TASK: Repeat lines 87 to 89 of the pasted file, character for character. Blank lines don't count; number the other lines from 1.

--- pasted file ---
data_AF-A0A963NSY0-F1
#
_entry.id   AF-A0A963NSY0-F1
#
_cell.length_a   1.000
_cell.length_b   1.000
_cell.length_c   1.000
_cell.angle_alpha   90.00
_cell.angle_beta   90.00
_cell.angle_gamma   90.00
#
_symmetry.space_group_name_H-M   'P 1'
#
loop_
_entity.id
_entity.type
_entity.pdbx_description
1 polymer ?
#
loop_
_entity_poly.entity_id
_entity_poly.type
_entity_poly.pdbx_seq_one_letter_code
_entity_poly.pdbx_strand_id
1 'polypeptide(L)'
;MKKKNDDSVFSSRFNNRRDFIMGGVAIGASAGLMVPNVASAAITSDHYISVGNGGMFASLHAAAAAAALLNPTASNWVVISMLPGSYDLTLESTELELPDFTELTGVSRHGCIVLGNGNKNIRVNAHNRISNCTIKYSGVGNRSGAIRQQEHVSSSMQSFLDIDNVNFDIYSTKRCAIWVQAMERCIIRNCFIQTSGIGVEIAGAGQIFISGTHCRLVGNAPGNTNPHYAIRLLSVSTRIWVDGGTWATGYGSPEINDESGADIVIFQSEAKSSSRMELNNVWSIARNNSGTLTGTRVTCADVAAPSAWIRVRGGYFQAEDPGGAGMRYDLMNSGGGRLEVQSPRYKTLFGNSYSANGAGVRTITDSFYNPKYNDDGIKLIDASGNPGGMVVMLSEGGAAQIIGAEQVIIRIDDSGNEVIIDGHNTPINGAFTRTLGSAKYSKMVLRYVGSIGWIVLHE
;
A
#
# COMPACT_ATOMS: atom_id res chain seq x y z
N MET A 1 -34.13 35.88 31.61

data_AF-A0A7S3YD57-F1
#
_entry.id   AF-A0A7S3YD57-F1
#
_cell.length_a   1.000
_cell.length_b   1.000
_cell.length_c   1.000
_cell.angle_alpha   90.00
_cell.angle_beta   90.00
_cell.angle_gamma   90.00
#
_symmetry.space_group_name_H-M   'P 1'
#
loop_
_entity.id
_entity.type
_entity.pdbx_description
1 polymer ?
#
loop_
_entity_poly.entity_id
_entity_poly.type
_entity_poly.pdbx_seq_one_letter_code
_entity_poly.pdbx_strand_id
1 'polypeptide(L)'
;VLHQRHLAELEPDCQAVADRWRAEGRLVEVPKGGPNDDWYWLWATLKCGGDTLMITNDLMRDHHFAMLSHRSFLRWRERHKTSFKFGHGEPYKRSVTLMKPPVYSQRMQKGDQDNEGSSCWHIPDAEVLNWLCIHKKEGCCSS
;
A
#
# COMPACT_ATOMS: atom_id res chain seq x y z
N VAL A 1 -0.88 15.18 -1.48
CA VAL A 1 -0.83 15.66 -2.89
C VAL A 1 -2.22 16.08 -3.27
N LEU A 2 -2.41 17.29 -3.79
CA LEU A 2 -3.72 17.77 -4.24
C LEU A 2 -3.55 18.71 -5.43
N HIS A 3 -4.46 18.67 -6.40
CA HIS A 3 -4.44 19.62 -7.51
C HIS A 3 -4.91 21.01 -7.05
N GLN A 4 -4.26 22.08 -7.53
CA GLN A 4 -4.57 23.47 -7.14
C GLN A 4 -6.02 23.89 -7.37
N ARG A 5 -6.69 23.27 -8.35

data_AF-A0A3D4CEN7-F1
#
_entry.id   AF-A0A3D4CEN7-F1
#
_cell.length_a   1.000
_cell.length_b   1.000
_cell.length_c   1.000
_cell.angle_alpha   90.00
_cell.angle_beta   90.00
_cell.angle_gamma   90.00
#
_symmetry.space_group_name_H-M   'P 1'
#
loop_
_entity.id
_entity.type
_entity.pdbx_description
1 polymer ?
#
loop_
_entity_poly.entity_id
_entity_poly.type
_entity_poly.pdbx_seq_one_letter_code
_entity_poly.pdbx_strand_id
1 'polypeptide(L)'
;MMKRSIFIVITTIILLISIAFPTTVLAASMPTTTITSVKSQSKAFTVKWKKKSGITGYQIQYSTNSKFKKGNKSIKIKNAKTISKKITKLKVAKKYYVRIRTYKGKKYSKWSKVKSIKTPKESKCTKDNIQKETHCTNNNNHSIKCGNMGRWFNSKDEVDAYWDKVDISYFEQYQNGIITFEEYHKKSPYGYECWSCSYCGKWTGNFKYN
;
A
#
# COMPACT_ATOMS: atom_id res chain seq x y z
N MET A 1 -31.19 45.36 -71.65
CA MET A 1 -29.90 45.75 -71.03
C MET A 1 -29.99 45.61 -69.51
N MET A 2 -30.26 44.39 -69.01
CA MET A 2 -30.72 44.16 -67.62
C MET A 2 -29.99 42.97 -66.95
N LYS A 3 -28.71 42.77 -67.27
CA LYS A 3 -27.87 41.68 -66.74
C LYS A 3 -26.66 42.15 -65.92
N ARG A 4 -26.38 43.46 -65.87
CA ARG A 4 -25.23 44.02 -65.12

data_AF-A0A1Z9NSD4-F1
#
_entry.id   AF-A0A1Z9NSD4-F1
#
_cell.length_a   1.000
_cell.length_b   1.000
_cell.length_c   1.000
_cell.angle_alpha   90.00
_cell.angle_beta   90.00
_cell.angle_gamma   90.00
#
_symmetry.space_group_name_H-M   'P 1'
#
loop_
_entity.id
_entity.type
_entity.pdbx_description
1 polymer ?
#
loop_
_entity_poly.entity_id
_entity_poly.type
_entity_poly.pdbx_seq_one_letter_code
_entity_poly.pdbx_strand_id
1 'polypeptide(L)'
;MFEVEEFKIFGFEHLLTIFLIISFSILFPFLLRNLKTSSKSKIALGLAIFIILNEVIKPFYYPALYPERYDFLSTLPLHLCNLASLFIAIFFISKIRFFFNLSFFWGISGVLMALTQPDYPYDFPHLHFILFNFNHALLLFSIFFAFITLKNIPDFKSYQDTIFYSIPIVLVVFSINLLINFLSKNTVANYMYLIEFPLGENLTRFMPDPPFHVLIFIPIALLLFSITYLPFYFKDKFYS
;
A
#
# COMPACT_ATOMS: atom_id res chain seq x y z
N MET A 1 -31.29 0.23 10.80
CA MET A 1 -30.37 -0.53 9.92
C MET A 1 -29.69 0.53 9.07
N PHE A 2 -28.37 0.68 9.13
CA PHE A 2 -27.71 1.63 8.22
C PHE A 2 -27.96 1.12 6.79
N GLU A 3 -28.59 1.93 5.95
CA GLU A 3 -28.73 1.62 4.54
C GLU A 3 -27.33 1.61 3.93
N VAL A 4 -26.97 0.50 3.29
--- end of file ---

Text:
#
loop_
_entity.id